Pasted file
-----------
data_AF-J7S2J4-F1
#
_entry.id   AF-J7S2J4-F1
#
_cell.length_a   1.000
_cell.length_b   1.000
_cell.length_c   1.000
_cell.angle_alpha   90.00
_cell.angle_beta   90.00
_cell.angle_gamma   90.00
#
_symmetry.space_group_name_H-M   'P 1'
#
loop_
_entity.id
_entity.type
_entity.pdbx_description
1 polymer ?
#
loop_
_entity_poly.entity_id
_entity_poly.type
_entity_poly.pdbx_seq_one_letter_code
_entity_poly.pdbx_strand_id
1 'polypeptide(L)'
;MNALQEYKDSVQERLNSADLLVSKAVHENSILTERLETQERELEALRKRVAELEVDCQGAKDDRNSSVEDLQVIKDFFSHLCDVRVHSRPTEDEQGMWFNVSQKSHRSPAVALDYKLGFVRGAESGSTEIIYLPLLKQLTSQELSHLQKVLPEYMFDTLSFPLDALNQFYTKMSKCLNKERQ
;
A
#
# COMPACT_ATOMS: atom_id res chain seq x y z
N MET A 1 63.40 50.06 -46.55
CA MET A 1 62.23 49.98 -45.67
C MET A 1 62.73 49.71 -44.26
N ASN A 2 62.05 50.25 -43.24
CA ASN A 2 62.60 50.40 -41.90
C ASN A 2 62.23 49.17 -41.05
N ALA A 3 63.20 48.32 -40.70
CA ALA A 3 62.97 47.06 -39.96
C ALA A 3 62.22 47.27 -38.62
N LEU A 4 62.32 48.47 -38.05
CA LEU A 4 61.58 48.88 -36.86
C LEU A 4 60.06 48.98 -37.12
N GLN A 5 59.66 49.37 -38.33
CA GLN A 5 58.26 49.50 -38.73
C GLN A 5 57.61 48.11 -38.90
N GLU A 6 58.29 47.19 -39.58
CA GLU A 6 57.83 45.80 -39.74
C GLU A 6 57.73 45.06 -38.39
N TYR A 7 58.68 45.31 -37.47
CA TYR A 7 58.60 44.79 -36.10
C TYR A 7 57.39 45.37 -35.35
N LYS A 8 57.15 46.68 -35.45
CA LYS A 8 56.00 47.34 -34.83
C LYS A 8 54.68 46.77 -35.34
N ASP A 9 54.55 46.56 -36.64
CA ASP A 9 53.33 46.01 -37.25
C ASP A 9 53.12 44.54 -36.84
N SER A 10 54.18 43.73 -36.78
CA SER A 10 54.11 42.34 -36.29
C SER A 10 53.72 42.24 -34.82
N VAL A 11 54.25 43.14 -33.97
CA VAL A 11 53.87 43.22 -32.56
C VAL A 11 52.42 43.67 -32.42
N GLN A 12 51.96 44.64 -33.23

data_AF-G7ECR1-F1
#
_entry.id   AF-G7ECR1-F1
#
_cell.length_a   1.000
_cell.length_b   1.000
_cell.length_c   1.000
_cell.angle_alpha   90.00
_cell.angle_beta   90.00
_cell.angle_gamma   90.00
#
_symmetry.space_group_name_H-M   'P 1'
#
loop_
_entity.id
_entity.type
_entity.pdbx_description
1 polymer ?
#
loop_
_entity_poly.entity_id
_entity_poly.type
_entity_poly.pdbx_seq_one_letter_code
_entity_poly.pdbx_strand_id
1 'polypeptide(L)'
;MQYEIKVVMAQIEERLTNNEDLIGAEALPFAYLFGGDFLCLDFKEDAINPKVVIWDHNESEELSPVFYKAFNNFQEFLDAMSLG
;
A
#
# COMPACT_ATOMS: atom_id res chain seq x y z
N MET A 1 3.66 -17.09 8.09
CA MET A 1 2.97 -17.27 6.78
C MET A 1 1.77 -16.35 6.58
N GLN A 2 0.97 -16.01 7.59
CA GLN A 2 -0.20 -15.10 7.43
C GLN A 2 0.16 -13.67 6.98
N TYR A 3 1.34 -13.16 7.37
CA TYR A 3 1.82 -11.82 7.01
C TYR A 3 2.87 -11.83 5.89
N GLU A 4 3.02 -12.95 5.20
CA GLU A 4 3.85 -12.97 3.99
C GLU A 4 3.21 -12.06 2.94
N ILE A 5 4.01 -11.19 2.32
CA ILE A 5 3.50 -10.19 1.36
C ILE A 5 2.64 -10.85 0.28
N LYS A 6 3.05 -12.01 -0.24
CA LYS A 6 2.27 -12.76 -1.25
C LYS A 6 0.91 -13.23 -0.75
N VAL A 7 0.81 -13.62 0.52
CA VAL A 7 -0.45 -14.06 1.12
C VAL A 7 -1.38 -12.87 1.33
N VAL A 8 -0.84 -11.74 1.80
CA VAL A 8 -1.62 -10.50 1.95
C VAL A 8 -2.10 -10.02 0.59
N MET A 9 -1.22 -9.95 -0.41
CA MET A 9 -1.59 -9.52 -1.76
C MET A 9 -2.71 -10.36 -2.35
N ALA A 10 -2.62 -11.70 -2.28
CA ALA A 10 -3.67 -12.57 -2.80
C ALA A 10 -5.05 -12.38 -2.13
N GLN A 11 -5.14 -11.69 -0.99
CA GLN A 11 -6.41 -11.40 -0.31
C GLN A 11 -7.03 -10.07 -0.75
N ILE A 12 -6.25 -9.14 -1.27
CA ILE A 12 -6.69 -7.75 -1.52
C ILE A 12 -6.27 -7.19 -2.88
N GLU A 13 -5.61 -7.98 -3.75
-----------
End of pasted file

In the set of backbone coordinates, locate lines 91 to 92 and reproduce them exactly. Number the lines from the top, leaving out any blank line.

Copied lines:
;
A